Until Walt Disney World opened in 1971, most vacationers to Florida gravitated to the Sunshine State's beaches, especially in winter. WDW changed all of that, turning Orlando and its environs into the quintessential family destination. Last year, the Magic Kingdom attracted some 20,395,000 visitors. And it's no longer the only game in town. Within a 10-mile radius of the Magic Kingdom you'll find Universal Island of Adventure (think "The Wizarding World of Harry Potter"), Universal Studio, SeaWorld Orlando, Disney's Hollywood Studio, LegoLand, Discovery Cove, EPCOT Center, Gatorland Orlando, and Aquatic Park, to name the most prominent. Disney was, of course, quite happy to have you stay at one of the themed villages it built to handle guests of the Magic Kingdom, but soon an appealing alternative arose as resort hotels began cropping up. These were, far enough from the parks to afford a break from the crowds but near enough to make daily visits easy. They added yet more dimensions to a Greater Orlando visit in the form of tennis courts, golf courses, and other resort diversions.
One of the first was the Hyatt Regency Grand Cypress, which opened in 1986. With 12 courts, one of them a stadium, the Hyatt significantly raised the region's tennis profile by hosting both ATP and WTA events. Among those who competed there were Jimmy Connors, Andre Agassi, Boris Becker, and Martina Navratilova. Then early this year, Orlando's tennis cred took yet another giant leap forward with the opening of the USTA National Campus at Lake Nona.
"Campus" is indeed the most evocative word to describe what the U.S. Tennis Association has carved out of the pasteurlands at Lake Nona, an easy 15-minute drive southeast of Orlando International Airport. One hundred lighted tennis courts—"the largest tennis facility in the world," notes campus Chief Executive Kurt Kamperman—fan out across the 65-acre property. Courts are clustered in neighborhoods—Collegiate, Family, Team USA, Tournament and League, Player Development—each with lockers, showers, shade, and relevant amenities. Six are indoor, six are European red clay imported from Italy, the rest a mix of hard, clay, and Rebound Ace. Two—one clay, one hard—are configured as 500-seat stadiums. Fully 84 of these courts have Playsight technology to live stream on-court action, so that college alumni can login to watch their teams compete, grandma and grandpa can see how their children are doing in junior matches, and your friends can follow you progress if you're playing in one of the sectional or senior events that rotate through the new campus. Of those, 32 have Playsight's SmartCourt technology to record and analyze matches. And scattered throughout are phone and tablet charging stations and 25 hydration stations, or water-bottle fillers, delivering filtered water. There's a pro shop managed by Fromuth with a "Racquet Bar" where you can not only get your racquet restrung but also consult with experts about customizing it to meet your needs. Finally, if you get hungry, food is as close as the Netpost Grill in the welcome center and two cafes elsewhere on the grounds.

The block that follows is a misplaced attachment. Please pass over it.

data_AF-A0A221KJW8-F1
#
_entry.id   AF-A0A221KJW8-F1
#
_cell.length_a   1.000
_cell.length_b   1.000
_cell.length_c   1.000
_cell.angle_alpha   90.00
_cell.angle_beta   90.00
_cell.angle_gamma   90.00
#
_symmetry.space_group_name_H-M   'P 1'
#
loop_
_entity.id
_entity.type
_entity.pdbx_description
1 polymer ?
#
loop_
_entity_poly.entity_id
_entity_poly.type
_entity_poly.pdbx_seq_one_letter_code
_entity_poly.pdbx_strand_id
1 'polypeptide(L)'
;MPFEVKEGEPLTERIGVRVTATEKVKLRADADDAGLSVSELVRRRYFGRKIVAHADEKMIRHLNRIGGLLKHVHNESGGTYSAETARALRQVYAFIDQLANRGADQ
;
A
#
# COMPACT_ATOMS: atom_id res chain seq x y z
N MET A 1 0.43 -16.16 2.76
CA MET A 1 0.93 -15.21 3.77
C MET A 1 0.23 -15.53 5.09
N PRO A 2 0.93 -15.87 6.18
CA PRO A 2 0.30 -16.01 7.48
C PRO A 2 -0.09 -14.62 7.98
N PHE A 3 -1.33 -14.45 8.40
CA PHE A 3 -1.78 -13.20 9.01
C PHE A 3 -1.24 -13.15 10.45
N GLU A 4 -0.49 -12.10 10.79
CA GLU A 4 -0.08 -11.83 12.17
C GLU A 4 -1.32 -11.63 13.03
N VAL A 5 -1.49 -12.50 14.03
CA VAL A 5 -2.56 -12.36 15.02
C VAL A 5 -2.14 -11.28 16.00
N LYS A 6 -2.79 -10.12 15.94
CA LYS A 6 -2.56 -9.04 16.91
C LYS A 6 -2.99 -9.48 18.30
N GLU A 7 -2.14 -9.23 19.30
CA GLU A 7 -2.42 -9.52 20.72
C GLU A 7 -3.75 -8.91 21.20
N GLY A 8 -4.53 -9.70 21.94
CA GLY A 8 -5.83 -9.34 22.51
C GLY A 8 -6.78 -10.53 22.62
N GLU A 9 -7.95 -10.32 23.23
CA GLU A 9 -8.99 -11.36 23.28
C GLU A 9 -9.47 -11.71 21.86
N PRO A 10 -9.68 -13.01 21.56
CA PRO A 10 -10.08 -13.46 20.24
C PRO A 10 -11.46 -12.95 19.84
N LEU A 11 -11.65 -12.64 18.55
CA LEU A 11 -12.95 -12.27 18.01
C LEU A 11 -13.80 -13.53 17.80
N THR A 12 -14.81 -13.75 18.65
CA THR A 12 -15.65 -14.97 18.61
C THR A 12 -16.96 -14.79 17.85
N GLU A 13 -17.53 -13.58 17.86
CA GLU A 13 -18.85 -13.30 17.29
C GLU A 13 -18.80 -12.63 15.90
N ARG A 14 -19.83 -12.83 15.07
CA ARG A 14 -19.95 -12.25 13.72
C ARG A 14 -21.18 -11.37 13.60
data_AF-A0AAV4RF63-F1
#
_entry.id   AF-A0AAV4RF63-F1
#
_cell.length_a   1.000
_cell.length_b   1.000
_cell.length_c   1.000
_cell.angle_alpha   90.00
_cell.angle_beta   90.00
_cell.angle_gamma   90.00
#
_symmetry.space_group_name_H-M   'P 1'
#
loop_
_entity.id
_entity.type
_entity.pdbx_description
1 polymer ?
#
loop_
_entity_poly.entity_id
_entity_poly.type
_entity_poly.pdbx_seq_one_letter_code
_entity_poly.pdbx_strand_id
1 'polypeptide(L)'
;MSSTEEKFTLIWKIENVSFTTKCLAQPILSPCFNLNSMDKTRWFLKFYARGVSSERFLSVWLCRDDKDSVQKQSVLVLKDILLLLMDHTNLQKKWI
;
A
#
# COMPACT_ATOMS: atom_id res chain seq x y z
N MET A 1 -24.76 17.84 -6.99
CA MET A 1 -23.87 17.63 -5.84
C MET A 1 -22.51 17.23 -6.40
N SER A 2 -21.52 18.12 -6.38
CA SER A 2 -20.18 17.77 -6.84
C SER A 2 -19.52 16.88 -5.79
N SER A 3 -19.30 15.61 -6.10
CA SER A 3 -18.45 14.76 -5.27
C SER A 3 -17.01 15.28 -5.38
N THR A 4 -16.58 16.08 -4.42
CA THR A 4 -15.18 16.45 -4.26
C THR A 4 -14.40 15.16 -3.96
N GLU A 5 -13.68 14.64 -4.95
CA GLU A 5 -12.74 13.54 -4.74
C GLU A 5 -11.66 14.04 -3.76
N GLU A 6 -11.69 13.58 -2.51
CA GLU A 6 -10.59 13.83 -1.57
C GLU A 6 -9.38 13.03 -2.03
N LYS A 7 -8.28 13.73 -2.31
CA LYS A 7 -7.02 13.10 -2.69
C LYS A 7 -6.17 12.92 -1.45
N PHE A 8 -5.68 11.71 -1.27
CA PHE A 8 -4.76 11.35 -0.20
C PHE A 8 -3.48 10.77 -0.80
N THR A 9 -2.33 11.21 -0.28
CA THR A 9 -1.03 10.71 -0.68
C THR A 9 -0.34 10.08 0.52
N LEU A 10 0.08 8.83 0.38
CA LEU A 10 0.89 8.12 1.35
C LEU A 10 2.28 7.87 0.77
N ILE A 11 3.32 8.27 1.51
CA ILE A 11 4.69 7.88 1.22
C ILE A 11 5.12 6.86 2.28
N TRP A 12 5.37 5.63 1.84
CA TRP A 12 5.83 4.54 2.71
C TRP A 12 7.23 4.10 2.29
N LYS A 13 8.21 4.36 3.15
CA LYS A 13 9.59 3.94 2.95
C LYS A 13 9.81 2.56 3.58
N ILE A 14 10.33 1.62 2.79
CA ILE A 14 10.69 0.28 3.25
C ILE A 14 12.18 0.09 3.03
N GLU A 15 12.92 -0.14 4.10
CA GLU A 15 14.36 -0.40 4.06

A number of top American players have already visited the campus to train, among them Madison Keys, Frances Tiafoe, Reilly Opelka, and CiCi Bellis, but the USTA's aspiration obviously went far beyond creating a world-class professional training facility. Coaches with top juniors are encouraged to bring their players to the campus for short-term stints—it is emphatically not a residential academy—to take advantage of the expertise within player development. The sprawling camp will host some 100 tennis tournaments in this first year alone, most of them junior, senior, NTRP, league, and state and local championships. There are ongoing clinics for adults and children and though these are designed as multi-week packages for locals they are also available on a drop-in basis for visitors. You can also book private lessons and court time.
But what they had not done until this fall was offer adult tennis camps. They've begun by scheduling ½-, 1-, and 3-day camps on selected dates. Several aspects make these unusual: all the camps include Playsight analysis (including the ability to access the information once you're back home) and free racquet demos. Three-day weekend camps start with a social mixer Thursday night and end with a two-hour racquet skills session Sunday morning with 9½ hours of on-court drills, instruction, and match play in between. Friday and Saturday lunch is included as are a tour of the campus, unlimited ball machine use, and free court time. Lodging is not, but the modern Courtyard Orlando Lake Nona, 2 miles away, has reasonable rates as does the 900-room Caribe Royal Orlando, whose suites and villas all have mini or full kitchens.